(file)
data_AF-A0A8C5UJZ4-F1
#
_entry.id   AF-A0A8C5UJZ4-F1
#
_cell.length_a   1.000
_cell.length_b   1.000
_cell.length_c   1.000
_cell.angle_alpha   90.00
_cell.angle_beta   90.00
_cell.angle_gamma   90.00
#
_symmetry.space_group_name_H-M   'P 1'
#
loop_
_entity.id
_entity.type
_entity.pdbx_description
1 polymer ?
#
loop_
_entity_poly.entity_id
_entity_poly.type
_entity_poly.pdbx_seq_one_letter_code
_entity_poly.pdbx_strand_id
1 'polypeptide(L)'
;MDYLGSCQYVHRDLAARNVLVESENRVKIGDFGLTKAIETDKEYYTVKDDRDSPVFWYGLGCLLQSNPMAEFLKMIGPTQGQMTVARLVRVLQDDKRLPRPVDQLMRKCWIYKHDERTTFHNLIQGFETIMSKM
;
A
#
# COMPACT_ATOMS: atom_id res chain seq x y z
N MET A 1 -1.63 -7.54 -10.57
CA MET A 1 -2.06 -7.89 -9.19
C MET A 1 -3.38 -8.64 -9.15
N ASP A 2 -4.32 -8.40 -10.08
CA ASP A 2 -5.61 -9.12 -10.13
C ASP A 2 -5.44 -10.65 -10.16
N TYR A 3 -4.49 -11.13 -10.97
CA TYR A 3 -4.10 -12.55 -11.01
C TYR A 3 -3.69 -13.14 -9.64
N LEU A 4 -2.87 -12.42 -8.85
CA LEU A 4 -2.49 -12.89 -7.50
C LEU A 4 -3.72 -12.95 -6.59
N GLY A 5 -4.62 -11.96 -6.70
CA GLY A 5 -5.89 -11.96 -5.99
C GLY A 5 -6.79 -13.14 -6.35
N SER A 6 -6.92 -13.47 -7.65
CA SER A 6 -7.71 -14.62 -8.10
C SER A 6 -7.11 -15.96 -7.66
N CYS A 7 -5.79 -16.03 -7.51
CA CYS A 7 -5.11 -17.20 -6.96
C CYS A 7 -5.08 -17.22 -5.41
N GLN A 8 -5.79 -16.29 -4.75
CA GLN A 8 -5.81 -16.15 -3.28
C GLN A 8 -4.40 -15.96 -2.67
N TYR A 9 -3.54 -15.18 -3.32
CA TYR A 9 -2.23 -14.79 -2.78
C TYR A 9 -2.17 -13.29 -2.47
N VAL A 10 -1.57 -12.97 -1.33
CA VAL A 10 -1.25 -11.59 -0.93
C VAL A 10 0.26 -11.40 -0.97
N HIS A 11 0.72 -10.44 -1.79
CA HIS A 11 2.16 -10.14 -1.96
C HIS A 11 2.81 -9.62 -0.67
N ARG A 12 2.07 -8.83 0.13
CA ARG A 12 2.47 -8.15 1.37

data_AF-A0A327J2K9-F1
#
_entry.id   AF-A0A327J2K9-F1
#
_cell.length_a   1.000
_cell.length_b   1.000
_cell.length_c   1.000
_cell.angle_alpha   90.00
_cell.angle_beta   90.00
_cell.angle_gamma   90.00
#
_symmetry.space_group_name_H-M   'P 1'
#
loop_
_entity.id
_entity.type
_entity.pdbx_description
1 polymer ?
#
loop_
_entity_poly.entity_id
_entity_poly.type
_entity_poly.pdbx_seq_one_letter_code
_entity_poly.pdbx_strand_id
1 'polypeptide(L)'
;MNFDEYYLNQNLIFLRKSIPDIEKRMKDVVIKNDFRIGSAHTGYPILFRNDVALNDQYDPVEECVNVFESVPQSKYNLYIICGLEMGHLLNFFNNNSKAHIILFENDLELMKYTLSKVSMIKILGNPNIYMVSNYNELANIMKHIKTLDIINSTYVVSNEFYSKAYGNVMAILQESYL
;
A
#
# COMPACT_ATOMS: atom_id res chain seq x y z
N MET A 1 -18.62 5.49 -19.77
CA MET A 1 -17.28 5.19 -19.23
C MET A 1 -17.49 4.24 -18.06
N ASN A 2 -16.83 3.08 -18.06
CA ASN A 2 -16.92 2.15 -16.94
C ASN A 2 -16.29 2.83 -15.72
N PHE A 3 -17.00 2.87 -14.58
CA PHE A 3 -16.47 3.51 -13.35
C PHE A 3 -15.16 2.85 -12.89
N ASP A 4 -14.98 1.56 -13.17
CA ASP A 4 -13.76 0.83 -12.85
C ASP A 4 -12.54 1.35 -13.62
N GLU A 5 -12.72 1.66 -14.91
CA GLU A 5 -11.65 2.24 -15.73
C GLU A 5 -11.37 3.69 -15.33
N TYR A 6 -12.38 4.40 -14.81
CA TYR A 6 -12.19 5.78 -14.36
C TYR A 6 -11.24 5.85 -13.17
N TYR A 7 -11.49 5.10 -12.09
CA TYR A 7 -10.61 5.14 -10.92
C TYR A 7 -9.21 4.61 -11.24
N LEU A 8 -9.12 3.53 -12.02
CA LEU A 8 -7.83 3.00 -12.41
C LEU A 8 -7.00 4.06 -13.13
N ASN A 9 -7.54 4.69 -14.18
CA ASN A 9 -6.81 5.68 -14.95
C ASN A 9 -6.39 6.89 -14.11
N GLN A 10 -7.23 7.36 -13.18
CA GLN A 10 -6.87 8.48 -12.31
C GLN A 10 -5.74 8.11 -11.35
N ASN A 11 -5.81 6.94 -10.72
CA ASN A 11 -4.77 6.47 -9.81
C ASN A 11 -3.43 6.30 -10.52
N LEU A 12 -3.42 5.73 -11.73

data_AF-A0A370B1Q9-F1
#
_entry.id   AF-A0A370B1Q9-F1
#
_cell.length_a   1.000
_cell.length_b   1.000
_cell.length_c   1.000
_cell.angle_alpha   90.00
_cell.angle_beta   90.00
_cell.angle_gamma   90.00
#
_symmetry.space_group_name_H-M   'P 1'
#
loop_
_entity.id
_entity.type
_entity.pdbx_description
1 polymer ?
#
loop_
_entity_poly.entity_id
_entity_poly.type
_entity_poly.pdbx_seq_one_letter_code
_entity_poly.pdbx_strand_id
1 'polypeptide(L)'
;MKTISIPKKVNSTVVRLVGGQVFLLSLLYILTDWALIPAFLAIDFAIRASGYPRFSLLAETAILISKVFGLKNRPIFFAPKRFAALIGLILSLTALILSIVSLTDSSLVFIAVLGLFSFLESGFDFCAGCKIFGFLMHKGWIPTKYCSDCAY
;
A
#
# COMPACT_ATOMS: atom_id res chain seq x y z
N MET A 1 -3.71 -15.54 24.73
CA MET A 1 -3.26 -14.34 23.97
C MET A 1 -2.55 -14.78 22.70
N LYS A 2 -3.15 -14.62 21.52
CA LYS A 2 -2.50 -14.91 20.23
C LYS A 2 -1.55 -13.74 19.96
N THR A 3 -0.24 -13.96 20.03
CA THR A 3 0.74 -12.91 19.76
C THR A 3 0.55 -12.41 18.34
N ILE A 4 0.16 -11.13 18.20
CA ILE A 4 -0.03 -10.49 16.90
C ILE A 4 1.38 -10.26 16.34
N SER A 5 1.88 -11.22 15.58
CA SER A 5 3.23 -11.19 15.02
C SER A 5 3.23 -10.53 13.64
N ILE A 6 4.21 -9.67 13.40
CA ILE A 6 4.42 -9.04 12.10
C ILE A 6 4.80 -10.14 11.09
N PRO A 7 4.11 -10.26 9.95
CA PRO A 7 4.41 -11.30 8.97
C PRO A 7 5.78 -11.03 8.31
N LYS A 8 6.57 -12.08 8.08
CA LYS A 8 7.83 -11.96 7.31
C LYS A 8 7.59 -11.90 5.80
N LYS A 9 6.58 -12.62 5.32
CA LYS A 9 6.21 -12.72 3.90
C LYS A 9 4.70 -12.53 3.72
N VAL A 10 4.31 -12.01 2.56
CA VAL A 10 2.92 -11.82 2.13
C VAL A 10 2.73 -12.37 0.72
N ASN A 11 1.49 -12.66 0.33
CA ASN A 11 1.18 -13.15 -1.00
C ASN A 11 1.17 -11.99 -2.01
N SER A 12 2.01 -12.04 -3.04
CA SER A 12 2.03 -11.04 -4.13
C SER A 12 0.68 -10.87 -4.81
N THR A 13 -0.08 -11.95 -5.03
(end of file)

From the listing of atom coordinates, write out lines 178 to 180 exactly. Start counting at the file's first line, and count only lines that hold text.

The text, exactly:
N PRO A 7 4.11 -10.26 9.95
CA PRO A 7 4.41 -11.30 8.97
C PRO A 7 5.78 -11.03 8.31